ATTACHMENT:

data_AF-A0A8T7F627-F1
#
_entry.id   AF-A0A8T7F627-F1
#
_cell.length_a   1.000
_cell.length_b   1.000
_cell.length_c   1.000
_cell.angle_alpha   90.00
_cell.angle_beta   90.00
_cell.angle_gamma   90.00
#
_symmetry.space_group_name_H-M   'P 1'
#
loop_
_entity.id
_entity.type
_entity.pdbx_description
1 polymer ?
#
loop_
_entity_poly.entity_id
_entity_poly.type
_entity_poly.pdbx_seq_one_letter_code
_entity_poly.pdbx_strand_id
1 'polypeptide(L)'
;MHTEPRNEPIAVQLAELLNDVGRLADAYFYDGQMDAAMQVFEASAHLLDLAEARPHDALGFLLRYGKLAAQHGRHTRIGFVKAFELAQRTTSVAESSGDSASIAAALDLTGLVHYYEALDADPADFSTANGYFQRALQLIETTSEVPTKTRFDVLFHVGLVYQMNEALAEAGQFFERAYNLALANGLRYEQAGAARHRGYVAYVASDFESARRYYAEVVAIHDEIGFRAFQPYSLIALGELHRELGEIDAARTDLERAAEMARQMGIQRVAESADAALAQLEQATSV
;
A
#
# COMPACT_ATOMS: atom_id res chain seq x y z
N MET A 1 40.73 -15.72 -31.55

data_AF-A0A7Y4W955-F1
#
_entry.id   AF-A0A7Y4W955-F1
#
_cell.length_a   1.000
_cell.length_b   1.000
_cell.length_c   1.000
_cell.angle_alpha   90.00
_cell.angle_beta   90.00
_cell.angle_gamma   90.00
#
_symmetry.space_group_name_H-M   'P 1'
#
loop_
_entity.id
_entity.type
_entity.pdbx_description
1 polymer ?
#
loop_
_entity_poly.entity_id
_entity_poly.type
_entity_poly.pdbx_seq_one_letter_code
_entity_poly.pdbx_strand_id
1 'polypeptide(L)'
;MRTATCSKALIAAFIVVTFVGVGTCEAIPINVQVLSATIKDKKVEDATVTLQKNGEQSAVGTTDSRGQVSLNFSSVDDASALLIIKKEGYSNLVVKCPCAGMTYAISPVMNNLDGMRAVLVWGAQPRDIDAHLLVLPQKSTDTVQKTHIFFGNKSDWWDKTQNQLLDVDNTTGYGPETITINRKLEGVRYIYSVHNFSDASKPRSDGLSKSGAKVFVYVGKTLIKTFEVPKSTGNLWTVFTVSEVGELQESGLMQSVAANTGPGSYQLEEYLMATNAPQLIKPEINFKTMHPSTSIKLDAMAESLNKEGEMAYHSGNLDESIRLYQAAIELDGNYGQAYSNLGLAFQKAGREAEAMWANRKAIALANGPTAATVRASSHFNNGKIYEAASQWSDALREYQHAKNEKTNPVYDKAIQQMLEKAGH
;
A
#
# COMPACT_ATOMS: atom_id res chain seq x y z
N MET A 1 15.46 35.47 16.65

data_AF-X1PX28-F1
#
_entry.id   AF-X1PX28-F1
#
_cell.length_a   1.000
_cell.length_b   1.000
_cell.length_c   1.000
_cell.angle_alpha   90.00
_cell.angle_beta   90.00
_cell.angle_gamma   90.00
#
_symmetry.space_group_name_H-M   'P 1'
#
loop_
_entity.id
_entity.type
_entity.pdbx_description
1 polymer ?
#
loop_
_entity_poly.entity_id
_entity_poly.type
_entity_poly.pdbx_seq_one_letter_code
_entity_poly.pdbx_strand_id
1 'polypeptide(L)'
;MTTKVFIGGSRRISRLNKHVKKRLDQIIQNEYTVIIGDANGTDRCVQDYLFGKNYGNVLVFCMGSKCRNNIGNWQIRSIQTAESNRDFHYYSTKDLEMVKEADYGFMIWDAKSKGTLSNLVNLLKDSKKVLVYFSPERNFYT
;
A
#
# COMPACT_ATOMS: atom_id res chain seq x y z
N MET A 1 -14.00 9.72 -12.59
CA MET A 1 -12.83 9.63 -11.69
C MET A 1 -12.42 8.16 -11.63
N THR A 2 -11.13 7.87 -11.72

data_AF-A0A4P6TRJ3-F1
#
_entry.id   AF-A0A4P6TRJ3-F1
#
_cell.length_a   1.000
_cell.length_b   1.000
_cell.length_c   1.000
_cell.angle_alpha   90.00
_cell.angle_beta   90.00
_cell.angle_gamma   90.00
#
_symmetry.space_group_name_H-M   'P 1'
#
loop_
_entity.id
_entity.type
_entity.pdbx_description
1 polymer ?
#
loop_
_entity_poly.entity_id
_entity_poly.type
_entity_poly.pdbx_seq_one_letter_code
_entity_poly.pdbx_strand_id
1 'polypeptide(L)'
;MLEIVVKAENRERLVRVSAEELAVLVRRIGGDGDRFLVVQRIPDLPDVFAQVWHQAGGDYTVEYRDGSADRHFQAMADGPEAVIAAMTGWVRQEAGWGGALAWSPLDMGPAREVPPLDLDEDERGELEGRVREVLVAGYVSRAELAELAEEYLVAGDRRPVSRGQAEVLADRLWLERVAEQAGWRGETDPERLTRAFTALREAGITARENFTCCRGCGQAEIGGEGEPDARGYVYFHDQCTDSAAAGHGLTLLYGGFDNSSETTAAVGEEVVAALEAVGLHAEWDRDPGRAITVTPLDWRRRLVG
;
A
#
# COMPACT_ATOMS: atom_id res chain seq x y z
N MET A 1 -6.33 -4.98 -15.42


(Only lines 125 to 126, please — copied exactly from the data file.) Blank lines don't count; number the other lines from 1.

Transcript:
#
# COMPACT_ATOMS: atom_id res chain seq x y z